"Joseph John Farmer VC (15 May 1854 – 30 June 1930) was an English recipient of the Victoria Cross, the highest and most prestigious award for gallantry in the face of the enemy that can be awarded to British and Commonwealth forces.
"Farmer was first utilised treating the wounded from the Battle of Ulundi during the Anglo-Zulu War. He was 26 years old, and a provisional lance-corporal in the Army Hospital Corps (later Royal Army Medical Corps), British Army during the First Boer War when the following deed took place on 27 February 1881, at Majuba Hill in South Africa for which he was awarded the VC:
For conspicuous bravery during the engagement with the Boers at the Majuba Mountain, on the 27th February, 1881, when he showed a spirit of self-abnegation and an example of cool courage which cannot be too highly commended. While the Boers closed with the British troops near the wells, Corporal Farmer held a white flag over the wounded, and when the arm holding the flag was shot through, he called out that he had "another." He then raised the flag with the other arm, and continued to do so until that also was pierced with a bullet."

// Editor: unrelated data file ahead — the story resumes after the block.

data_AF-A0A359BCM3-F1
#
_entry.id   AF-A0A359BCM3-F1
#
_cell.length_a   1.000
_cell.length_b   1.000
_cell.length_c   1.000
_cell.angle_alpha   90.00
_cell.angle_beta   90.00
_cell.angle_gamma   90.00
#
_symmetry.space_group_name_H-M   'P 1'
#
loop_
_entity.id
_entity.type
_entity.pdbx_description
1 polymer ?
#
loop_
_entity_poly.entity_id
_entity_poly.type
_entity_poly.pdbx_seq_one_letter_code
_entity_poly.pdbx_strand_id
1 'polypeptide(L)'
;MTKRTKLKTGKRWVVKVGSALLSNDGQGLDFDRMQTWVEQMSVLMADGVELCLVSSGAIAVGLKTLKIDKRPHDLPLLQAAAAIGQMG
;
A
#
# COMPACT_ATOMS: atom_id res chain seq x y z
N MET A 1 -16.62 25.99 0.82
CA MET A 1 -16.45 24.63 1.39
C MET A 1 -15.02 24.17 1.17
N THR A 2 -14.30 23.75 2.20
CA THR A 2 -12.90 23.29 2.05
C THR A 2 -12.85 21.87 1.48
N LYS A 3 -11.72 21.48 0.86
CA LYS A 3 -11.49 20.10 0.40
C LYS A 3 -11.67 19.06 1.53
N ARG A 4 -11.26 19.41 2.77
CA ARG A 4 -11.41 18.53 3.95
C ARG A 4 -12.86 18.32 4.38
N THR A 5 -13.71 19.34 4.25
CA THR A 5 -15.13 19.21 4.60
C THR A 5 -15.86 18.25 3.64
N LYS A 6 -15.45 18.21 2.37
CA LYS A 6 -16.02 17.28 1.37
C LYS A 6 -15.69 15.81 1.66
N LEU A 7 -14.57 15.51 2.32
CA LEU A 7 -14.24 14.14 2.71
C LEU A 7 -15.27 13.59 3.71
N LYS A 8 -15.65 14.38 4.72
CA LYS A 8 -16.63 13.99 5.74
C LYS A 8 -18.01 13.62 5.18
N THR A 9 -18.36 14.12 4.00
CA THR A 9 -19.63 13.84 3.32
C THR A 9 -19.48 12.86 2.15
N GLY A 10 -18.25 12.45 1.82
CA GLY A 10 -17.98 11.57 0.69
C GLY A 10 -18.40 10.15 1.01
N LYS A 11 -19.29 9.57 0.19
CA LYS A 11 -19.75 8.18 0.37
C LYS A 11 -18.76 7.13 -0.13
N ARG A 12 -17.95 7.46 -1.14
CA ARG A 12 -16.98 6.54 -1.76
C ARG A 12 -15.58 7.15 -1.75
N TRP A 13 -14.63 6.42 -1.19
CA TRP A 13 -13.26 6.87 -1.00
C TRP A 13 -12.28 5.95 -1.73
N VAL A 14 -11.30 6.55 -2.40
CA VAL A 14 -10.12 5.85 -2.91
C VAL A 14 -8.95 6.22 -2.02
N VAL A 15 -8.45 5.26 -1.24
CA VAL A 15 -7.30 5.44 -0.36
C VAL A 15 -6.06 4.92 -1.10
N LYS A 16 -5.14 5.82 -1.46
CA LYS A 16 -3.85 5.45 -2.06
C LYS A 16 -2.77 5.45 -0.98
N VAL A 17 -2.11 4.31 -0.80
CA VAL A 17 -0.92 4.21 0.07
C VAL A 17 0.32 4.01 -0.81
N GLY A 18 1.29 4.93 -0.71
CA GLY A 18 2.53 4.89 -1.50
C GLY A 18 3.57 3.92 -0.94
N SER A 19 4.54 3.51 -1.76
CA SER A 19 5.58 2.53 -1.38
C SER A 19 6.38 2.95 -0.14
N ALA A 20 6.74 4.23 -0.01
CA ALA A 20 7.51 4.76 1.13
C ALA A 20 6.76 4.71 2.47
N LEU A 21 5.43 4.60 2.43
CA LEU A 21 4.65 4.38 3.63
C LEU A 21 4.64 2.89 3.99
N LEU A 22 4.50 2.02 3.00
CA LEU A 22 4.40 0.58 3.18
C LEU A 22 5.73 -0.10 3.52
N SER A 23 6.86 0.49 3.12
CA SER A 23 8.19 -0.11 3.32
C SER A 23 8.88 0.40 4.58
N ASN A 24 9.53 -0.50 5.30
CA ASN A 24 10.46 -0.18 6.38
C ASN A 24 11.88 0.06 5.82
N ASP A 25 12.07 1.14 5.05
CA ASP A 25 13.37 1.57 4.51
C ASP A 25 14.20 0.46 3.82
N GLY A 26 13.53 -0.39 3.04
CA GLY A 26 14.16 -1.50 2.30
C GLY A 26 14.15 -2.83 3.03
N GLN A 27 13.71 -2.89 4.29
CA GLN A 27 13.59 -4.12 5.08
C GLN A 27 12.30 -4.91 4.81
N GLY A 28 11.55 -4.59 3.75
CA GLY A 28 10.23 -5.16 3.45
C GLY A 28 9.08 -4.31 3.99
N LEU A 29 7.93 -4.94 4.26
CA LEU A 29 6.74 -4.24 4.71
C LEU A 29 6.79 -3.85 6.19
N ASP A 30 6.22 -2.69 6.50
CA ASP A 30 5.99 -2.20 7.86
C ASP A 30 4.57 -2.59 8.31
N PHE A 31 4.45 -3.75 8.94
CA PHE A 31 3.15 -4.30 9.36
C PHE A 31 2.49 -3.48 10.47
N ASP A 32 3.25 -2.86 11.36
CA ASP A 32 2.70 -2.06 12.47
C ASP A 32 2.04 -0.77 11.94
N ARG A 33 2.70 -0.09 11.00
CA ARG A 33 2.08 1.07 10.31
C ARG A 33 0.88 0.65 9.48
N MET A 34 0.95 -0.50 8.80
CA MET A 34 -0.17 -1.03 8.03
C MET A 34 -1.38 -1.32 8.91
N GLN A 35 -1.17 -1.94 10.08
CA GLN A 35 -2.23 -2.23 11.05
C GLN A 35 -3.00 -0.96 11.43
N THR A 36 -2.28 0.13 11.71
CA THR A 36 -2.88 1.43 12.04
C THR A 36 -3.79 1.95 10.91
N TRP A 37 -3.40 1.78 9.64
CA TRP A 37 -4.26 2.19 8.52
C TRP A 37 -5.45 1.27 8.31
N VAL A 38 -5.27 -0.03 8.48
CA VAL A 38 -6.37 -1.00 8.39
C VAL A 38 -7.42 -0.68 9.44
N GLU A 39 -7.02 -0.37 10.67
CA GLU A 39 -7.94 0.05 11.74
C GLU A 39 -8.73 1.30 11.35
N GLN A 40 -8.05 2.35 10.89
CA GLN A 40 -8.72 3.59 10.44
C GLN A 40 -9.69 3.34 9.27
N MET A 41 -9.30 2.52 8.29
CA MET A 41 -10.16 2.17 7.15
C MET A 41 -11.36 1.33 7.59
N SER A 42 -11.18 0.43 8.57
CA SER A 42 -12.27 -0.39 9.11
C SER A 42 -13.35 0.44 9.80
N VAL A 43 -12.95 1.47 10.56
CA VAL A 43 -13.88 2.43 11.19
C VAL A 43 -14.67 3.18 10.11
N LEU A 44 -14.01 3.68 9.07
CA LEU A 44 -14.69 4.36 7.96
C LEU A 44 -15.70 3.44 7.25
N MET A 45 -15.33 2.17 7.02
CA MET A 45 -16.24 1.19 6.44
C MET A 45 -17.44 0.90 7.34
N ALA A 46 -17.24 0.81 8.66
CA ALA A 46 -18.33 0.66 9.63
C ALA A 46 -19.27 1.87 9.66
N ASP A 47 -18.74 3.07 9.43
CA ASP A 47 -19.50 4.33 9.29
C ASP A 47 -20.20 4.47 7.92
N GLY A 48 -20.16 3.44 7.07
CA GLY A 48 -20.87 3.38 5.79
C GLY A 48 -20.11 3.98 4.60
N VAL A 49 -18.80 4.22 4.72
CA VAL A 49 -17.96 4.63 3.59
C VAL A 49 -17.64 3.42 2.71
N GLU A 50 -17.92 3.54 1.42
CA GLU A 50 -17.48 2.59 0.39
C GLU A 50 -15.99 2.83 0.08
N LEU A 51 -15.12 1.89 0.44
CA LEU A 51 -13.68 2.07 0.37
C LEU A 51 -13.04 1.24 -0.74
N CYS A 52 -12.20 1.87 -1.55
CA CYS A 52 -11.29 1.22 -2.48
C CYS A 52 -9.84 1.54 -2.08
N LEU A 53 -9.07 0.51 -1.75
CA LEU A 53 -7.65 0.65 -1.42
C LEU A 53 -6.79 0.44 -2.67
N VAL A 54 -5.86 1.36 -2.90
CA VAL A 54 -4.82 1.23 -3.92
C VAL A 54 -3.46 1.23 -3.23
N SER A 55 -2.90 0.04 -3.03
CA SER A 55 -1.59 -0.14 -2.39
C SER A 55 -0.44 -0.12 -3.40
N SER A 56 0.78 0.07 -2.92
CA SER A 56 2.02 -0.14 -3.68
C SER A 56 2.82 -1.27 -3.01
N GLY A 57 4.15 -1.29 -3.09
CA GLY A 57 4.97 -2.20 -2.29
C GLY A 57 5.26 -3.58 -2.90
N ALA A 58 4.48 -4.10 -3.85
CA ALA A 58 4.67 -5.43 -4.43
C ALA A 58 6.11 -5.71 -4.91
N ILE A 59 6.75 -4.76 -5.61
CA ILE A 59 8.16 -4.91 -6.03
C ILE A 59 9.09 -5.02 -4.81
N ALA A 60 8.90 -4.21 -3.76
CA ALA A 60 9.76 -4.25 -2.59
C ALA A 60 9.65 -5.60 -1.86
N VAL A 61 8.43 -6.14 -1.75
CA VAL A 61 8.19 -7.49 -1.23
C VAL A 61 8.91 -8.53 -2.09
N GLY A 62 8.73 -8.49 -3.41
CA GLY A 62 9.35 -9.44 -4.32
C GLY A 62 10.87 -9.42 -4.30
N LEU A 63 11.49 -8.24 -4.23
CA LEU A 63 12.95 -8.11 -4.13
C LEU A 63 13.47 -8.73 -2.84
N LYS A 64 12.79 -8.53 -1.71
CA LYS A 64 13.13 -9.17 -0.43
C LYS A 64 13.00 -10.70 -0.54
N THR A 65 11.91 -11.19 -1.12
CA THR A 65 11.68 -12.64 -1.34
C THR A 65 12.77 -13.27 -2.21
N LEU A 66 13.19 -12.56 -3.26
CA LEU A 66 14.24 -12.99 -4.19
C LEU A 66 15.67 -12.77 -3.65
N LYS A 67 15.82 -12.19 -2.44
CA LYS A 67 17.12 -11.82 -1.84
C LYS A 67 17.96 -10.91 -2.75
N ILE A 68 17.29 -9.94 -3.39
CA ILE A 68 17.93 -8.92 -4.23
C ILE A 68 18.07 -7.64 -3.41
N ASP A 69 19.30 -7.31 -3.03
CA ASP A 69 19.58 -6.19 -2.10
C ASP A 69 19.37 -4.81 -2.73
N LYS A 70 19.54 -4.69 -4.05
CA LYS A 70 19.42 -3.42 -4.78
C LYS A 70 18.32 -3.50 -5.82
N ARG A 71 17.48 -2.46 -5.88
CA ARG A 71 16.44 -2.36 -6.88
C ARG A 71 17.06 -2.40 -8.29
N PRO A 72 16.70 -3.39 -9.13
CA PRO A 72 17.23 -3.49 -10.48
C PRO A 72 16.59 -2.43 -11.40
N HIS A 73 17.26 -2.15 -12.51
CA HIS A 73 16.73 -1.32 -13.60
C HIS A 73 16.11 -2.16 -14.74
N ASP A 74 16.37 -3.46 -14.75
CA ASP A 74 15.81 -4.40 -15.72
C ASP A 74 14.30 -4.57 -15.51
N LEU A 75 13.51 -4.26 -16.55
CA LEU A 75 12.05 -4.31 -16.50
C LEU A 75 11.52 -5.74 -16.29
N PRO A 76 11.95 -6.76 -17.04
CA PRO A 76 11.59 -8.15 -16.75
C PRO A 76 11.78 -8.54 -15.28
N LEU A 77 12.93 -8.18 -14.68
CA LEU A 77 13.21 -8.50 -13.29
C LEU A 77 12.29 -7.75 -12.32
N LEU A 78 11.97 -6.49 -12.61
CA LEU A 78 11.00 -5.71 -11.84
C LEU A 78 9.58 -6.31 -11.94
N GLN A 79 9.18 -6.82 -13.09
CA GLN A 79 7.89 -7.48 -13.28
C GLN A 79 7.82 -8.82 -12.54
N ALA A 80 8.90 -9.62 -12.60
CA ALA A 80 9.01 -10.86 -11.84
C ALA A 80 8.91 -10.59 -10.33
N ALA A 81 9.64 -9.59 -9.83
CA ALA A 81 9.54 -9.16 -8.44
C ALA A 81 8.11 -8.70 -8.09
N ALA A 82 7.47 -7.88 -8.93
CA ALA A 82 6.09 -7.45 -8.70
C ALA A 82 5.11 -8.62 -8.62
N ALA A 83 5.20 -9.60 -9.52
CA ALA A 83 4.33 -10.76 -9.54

He later achieved the rank of corporal. He was forced to leave the army due to his wounds and joined the Corps of Commissionaires and then became a house-painter.
His Victoria Cross is displayed at the Army Medical Services Museum in Aldershot, England.
Place of birth Clerkenwell, London
Place of death Mount Vernon Hospital, Northwood, Middlesex
Resting place Brompton Cemetery
Allegiance United Kingdom
Service/branch British Army
Years of service 1879-1881
Unit Army Hospital Corps
Battles/wars Anglo-Zulu War
First Boer War
Awards Victoria Cross"